Think back to your first internship or job experience. As a young professional, you were probably eager to learn everything there was to know about your industry. During those early years, there was likely someone along the way who mentored you and helped guide you. You probably never forgot that relationship and the people who made an impact on your career.
I am a big advocate of implementing training and mentorship programs within an organization. New team members should be encouraged to take advantage of the resources that the company offers, including ongoing training, excellent support staff, and a welcoming and open office environment. How an employee blends in with the company culture is not only a good sign of how they will perform, but also how long they will stay.
Starting a mentoring program allows a company to strengthen its greatest asset: its employees. Concentrating on developing employee talent contributes to the company’s growth, and its overall bottom line. It also shows that management supports employee’s potential within the company.
Not only do mentorship programs increase retention and improve job satisfaction, they also tend to bridge generational gaps. However, this requires work from both younger and older participants. Here, mentors need to be well trained so they are willing to give constructive feedback more responsibly and train mentees in a way they are able to understand it.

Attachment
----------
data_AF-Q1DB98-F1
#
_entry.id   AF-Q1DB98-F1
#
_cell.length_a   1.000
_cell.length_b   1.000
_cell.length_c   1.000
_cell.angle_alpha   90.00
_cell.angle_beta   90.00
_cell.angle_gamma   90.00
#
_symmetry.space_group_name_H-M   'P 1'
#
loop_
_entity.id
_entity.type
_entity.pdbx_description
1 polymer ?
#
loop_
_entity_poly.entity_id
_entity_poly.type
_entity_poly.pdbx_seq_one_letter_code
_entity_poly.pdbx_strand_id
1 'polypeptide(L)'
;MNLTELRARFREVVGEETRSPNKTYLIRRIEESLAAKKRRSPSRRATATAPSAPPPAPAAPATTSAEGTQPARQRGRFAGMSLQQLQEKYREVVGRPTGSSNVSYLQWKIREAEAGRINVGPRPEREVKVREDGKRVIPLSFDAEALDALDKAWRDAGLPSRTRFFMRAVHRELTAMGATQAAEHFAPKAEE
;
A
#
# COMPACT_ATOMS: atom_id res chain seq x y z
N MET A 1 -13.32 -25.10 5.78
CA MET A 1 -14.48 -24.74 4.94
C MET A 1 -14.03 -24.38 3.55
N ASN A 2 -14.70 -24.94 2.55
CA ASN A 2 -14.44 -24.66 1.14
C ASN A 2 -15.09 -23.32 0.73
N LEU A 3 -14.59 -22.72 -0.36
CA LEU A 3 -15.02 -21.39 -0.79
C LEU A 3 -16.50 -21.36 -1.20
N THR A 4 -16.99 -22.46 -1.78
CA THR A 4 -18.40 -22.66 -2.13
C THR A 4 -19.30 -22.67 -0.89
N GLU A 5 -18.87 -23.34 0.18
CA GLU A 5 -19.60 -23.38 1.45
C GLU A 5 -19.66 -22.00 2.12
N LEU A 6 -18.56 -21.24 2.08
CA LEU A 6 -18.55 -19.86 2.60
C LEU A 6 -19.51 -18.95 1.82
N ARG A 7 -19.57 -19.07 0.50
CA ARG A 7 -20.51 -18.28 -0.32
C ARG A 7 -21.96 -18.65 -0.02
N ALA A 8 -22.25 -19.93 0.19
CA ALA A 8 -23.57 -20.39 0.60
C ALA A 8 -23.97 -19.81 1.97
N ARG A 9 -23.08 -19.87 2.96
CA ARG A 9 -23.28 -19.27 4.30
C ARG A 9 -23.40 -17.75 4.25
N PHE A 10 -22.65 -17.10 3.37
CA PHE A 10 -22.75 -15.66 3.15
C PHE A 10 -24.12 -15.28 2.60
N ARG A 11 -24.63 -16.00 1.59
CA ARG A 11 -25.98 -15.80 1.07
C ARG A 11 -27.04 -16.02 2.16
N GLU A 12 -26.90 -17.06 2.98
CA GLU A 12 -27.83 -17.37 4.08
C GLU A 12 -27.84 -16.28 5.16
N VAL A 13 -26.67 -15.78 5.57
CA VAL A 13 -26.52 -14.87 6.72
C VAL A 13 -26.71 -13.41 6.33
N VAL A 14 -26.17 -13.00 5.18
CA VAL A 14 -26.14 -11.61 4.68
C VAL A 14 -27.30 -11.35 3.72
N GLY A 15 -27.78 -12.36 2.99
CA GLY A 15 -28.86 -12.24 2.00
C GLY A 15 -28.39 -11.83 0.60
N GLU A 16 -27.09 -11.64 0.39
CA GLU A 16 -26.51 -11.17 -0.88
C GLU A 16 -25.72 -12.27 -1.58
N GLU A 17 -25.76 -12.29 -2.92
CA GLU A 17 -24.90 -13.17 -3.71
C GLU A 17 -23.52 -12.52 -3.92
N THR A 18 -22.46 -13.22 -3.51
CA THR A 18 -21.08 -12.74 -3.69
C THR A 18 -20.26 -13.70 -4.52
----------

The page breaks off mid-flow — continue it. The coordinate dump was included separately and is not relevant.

When senior employees share their wisdom and years of experience with their juniors, their knowledge helps new employees develop their skills more quickly. When that mentor retires, their mentee can carry on their knowledge to avoid miscommunication and service disruption.
Peer mentoring has a role to play in onboarding, also known as organizational socialization. The onboarding process helps companies to develop an employee who feels content, and at the same time conveys its brand and values, explains culture and provides the tools for the employee to successfully acclimate into their position. A sound mentorship program during the first 3-6 months on the job provides the employee with constant communication, feedback, and performance measurement.
With the right leadership and planning, your company can meet its goals like recruitment, renewal, and engagement. A good rule of thumb when implementing a mentorship program is to make sure you get periodic feedback from mentees so that you can measure and make changes to the program accordingly.